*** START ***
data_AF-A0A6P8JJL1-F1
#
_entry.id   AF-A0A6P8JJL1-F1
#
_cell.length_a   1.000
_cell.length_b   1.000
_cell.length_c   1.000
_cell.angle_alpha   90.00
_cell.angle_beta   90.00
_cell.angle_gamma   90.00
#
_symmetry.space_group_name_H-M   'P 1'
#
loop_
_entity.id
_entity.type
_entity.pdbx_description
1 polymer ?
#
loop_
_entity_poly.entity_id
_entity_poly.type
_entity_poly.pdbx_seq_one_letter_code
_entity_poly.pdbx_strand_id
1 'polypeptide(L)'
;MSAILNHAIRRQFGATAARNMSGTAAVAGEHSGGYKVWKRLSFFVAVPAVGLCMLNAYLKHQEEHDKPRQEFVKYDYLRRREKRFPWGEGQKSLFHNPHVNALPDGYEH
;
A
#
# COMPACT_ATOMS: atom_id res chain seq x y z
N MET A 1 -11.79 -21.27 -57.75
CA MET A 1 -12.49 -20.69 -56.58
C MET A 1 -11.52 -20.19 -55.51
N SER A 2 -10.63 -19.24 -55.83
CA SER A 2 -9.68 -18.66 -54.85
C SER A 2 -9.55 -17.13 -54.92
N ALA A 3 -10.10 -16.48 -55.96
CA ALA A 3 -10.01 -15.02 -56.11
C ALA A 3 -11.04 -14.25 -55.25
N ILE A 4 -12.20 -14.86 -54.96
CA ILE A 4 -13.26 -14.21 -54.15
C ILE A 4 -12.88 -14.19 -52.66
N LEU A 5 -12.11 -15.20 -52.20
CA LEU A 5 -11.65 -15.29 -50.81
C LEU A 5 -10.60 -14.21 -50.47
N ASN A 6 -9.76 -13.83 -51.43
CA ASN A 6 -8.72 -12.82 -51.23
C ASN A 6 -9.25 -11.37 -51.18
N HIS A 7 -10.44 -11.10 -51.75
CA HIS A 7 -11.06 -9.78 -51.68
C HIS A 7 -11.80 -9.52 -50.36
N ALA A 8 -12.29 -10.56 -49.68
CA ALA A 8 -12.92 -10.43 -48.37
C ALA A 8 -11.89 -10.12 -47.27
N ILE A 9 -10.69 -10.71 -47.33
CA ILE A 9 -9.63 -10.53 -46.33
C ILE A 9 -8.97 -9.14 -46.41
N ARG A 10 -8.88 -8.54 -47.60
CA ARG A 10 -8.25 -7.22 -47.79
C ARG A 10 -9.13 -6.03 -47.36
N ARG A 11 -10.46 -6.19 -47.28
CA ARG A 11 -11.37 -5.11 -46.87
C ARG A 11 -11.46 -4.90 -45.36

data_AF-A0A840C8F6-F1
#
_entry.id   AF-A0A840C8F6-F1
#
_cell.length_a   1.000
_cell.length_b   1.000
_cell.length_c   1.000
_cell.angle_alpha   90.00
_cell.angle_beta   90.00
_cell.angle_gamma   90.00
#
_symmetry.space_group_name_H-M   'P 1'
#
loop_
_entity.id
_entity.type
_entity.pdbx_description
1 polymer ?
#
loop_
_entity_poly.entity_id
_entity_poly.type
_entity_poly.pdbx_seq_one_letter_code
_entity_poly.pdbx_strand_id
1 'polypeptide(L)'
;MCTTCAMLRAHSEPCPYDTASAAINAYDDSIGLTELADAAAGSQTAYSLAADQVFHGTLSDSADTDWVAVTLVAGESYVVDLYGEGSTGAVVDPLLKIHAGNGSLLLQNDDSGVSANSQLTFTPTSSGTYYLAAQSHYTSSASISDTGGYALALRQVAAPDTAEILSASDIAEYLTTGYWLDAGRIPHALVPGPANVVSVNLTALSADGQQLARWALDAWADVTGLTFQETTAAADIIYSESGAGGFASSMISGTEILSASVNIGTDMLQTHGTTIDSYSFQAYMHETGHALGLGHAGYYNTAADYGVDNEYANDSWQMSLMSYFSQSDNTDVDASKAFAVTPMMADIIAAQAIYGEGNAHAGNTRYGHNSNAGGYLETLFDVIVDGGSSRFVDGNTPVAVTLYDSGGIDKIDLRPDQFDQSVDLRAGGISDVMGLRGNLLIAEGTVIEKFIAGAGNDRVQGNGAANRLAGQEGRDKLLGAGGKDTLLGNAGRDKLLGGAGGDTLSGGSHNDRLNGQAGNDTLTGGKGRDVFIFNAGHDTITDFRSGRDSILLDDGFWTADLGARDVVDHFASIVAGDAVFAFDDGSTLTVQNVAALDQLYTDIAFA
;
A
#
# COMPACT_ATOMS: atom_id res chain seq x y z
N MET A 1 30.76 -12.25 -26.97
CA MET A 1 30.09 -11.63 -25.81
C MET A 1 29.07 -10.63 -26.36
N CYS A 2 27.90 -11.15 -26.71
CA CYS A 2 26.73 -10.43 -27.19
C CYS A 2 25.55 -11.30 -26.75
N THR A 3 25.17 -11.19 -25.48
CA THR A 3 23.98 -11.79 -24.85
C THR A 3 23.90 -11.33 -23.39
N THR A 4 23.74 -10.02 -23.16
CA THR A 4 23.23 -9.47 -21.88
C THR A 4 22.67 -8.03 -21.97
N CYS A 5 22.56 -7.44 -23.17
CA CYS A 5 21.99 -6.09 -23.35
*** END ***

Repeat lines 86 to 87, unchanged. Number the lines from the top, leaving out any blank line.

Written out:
_entity_poly.pdbx_seq_one_letter_code
_entity_poly.pdbx_strand_id